WORLD-first patient blood management guidelines developed in Australia have reduced demand for packed red blood cells by more than 16% and led to significant cost savings, according to the general manager of the National Blood Authority.
Leigh McJames told MJA InSight that the patient blood management (PBM) guidelines represented a landmark move away from the previously liberal approach to blood transfusion to a more restrictive and conservative process. (1)
However, Mr McJames said the shift has been driven by much more than cost-efficiency.
“There has been a shift in the belief systems in clinical practice. Blood transfusion is now viewed like a liquid organ transplant, where there are just as many risks to consider”.
Mr McJames was commenting on a US study published last week in JAMA Surgery which assessed the economic impact of liberal blood transfusions. (2)
The authors used data on haemoglobin (Hb) levels that triggered a transfusion as well as overall blood product use among 3027 patients who underwent pancreas, liver or colorectal surgery at a US hospital between 2010 and 2013.
Guidelines defined a liberal Hb trigger as the transfusion of packed red blood cells (PRBCs) for an intraoperative Hb level of 10 g/dL or greater, or a postoperative Hb level of 8 g/dL or greater.
The authors found that 942 patients received at least one PRBC transfusion — 8.7% during the operation, 14.2% during postoperative care and 8.2% during both. A total of 4000 units of PRBCs were transfused in the intraoperative and postoperative periods.
The results demonstrated that overuse of PRBC transfusion in surgical patients was common, the authors wrote. “More than 1 in 10 units of PRBCs were transfused using a liberal Hb trigger.”
By avoiding liberal PRBC transfusion, institutional transfusion costs might have been reduced by between US$27 360 (AUS$ 31 170) and US$94 516 (A$114 590) a year for patients undergoing these surgeries.
“Our data support the use of patient blood management systems to identify and reduce the liberal use of PRBC transfusions in the surgical patient”, the authors wrote.
Dr James Daly, haematologist and council member of the Australian and New Zealand Society of Blood Transfusion, told MJA InSight that “there is no doubt that blood transfusion is a lifesaving intervention that underpins much of modern healthcare, but there are also risks associated with transfusion”.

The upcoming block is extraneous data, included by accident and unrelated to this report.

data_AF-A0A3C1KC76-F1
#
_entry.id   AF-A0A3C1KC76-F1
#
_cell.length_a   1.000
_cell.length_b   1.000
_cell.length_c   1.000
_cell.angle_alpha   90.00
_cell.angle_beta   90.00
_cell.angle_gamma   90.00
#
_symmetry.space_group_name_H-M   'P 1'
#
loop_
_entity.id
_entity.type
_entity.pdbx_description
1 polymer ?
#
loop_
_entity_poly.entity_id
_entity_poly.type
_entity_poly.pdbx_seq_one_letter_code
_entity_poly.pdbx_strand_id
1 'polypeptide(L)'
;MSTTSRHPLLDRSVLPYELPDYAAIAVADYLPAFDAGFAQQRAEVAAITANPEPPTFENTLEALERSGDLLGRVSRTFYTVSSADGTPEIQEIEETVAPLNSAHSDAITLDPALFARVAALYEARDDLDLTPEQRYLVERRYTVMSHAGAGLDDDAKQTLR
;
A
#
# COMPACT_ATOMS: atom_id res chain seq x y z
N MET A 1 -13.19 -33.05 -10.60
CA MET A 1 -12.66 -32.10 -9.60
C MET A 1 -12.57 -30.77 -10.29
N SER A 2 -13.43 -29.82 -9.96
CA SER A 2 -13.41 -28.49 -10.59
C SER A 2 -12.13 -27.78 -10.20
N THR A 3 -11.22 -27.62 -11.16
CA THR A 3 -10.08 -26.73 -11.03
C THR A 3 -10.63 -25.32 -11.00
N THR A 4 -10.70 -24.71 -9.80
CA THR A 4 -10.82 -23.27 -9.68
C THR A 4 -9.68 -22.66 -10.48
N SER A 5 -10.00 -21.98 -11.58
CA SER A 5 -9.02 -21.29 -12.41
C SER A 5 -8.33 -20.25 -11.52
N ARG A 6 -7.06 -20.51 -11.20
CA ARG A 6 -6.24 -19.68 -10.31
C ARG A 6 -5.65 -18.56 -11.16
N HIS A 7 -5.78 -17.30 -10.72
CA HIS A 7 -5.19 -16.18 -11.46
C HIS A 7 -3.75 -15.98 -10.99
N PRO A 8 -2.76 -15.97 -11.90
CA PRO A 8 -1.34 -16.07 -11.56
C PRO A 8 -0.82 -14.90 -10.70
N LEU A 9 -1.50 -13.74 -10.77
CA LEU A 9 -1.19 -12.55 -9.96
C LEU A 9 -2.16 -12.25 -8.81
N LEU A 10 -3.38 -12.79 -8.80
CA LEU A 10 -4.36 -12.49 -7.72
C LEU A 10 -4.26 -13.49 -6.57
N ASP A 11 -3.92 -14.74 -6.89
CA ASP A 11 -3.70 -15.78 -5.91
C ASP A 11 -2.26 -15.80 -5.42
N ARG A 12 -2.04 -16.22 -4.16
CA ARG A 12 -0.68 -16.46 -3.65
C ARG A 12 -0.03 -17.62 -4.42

“Several prospective randomised studies have now compared liberal and restrictive transfusion thresholds in various clinical settings, and most have shown that clinical outcomes are not worse by restricting blood transfusion”, Dr Daly said.
Dr Axel Hofmann, visiting professor from the institute of anaesthesiology at the University Hospital of Zurich, told MJA InSight that the results of the JAMA Surgery study were directly applicable to the Australian context, where there “are even higher acquisition costs for blood components than in the US”.
Dr Hofmann co-authored an Australian retrospective cohort study of all multi-day acute care inpatients discharged from a hospital service in WA between 2011 and 2012. (3)
The mean inpatient cost was 1.83 times higher among patients who received a transfusion compared with those who did not. The authors estimated that the total hospital-associated cost of red blood cell transfusion in this study was $77 million, representing 7.8% of total hospital expenditure on acute care inpatients.
Mr McJames told MJA InSight the significant cost of blood transfusion, combined with the considerable risks to the patient, including sepsis, thrombosis and autoimmune reactions, underpinned the “precautionary principle” of the PBM guidelines.
The guidelines stress that blood transfusion should not be the default decision, and emphasise the need for careful consideration of how to help patients optimise and conserve their own blood.
Professor James Isbister, consultant haematologist in the Sydney Medical School at the University of Sydney, told MJA InSight the guidelines had helped make “blood transfusion a patient-focused process, not a product-focused one”.
Professor Isbister believed the implementation of the guidelines was assisted considerably by the “complete cooperation between the clinical community and the government”.
He said the states and territories had been developing their own PBM-based approaches, and a study recently demonstrated the effectiveness of the NSW Blood Watch program. (4)
The study showed a 27.4% reduction of blood usage after the introduction of the program, with reductions consistent across five elective surgical groups. The reduction was associated with annual cost saving of more than $8.5 million.
However, Dr Daly emphasised that ensuring the appropriate use of blood products was only one aspect of making the blood sector as efficient as possible.
“Transfusion laboratories and hospitals are also looking at the amount of blood they hold and how they can reduce the number of units that expire before being transfused.”
(Photo: AJ Photo / Science Photo Library)